The great and small tithes, except for a small portion called board tithes, (fn. 291) belonged to the Rector of Bourton-on-the-Hill and were said to be worth £40 in 1650. (fn. 292) By 1704 a corn-rent of £53 was paid for tithes, (fn. 293) and at inclosure in 1821 the Rector of Bourton received c. 200 a. for land and tithes in Moreton. (fn. 294) At the inclosure in the early 17th century land worth c. £4 was allotted to the church, (fn. 295) but it had been lost by 1807. (fn. 296) In the late 19th century the rectory house in Batsford was exchanged for a house in Moreton. (fn. 297)
In 1551 the curate of Moreton was found satisfactory in learning; (fn. 298) in 1584 when there was no curate the parish was served by the rector, who lived at Bourton. (fn. 299) Some of the curates served the parish for long periods; (fn. 300) in the mid-18th century there were 'full services', and in the early 19th century, when two services were held each Sunday, there was vocal and instrumental music. (fn. 301) The curate's stipend was £30 in the 18th century (fn. 302) and had risen to £100 by the mid19th century. (fn. 303) A house next to the church, still known as the Old Parsonage in 1962, is said to be the house where the curate lived. After 1887 the rector lived in Moreton and the parish had a resident curate also, (fn. 304) but by 1962 when the congregations numbered c. 100 there was no curate.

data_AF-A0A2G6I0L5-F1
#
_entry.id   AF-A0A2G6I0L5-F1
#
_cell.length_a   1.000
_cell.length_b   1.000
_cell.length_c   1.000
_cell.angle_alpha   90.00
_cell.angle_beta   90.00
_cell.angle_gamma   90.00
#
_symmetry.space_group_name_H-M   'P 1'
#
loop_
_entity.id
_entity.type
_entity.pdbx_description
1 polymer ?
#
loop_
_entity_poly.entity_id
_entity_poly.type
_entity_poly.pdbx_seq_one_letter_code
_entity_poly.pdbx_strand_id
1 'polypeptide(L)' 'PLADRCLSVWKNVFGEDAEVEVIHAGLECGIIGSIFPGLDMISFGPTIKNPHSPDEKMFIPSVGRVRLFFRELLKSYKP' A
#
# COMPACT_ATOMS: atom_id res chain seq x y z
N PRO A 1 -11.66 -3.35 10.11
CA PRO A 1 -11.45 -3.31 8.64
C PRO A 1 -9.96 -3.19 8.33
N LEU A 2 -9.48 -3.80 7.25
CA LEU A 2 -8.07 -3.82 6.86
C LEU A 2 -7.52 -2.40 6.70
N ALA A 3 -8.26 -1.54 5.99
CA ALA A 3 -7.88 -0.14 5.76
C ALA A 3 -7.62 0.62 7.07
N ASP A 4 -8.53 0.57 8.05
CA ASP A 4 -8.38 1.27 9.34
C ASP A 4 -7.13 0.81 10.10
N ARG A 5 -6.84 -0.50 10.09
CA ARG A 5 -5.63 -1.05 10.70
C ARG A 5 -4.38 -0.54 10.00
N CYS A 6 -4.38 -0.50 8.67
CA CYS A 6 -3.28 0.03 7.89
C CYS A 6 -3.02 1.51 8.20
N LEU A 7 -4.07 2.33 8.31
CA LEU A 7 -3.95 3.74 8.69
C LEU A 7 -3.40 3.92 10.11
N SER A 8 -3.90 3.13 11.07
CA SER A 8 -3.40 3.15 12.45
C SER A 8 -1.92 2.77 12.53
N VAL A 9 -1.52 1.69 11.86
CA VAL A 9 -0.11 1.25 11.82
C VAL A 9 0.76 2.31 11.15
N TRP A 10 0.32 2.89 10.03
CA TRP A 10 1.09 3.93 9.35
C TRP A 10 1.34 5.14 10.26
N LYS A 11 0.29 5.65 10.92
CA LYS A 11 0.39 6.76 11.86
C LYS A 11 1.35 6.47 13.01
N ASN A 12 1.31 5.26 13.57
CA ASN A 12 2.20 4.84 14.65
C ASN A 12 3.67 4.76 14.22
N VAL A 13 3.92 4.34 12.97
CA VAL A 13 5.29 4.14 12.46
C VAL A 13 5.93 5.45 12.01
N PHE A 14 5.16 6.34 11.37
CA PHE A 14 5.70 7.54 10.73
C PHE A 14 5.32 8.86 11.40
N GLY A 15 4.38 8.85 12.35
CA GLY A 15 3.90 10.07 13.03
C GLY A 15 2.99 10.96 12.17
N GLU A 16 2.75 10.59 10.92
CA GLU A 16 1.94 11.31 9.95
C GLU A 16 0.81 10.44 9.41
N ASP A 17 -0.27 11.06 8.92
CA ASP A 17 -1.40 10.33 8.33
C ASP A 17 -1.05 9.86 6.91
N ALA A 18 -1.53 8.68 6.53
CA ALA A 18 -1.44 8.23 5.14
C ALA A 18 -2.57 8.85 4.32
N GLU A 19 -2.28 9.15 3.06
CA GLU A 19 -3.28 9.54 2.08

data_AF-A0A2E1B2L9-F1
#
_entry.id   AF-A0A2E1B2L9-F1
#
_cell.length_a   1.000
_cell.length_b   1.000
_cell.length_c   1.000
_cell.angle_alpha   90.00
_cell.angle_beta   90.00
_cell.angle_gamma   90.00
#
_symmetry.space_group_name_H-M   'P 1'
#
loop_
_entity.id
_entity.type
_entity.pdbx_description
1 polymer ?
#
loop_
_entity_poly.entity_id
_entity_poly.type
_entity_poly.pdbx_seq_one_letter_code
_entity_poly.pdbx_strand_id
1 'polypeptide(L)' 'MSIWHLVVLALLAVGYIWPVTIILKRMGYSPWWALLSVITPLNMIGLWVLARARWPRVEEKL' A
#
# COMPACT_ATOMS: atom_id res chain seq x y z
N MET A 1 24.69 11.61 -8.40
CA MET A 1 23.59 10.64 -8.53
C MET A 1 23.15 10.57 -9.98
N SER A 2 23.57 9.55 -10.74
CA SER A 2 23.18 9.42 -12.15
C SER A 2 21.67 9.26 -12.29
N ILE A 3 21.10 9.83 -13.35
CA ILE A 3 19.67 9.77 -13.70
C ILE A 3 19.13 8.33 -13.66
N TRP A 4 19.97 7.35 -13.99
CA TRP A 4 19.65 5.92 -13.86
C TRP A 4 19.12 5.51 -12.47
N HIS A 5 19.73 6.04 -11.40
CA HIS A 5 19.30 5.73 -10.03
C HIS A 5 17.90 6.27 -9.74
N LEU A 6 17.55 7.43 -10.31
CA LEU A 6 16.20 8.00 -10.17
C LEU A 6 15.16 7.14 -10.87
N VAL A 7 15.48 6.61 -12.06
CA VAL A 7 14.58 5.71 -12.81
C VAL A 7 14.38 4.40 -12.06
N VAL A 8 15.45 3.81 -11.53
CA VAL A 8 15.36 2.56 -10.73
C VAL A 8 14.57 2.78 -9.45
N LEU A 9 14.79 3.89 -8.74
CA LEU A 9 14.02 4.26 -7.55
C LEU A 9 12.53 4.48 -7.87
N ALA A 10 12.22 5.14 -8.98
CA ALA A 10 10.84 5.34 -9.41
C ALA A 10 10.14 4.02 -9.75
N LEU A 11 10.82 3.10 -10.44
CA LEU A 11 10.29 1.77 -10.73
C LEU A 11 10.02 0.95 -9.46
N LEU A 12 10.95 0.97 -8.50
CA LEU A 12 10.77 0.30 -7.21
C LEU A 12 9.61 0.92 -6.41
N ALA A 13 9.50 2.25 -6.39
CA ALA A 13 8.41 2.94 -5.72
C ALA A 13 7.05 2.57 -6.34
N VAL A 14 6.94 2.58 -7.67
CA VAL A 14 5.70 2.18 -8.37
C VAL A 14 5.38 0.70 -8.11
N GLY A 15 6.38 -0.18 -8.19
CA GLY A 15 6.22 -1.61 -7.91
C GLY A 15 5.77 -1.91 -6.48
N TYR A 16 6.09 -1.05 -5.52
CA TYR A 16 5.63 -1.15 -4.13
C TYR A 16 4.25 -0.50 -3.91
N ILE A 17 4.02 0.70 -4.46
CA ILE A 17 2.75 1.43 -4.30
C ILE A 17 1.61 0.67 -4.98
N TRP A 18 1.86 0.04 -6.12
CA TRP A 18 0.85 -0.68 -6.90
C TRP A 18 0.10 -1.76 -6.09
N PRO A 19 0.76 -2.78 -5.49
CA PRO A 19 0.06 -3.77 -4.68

The church of ST. DAVID, a large, mainly 19thcentury building of stone with a tiled roof, comprises nave of five bays, chancel, north and south aisles and south chapel, west tower in three stages with a spire, and vestry. Some fragments of 13th-century windows and gargoyles incorporated into other buildings in Moreton are thought to have come from the church, (fn. 308) as is part of a stone screen in the church at Bourtonon-the-Hill. In the 16th century a small embattled tower was built and possibly the whole church was rebuilt at that time as there was a tradition that the church was consecrated in the mid-16th century. (fn. 309) The building, which included a north aisle in the 17th century, (fn. 310) was too small for its congregation by 1790 and in that year the nave was enlarged, the roof raised, and a new entrance made under the tower at the west end at the expense of Thomas Freeman of Batsford. (fn. 311) In 1858 most of the church was rebuilt largely in the style of the 13th and 14th centuries, and a few years later the 16th-century tower was replaced by a large embattled and pinnacled tower with a high octagonal stone spire. The chancel and south aisle were enlarged, and the galleries in the north aisle removed, in 1892 with money given by the rector, Spencer Jones, for that purpose; (fn. 312) in 1927 the east end of the south aisle began to be used as a chapel. (fn. 313) An octagonal font, possibly of the 15th century, which stood in the church in the 19th century, (fn. 314) had been removed by 1962.
Three of the bells are of the 17th century, one of 1735, and four of 1862. (fn. 315) The church plate is all of the 19th century except a chalice and paten cover dated 1576. (fn. 316) The registers of baptisms and burials start in 1643 and the registers of marriages in 1672, and are virtually complete.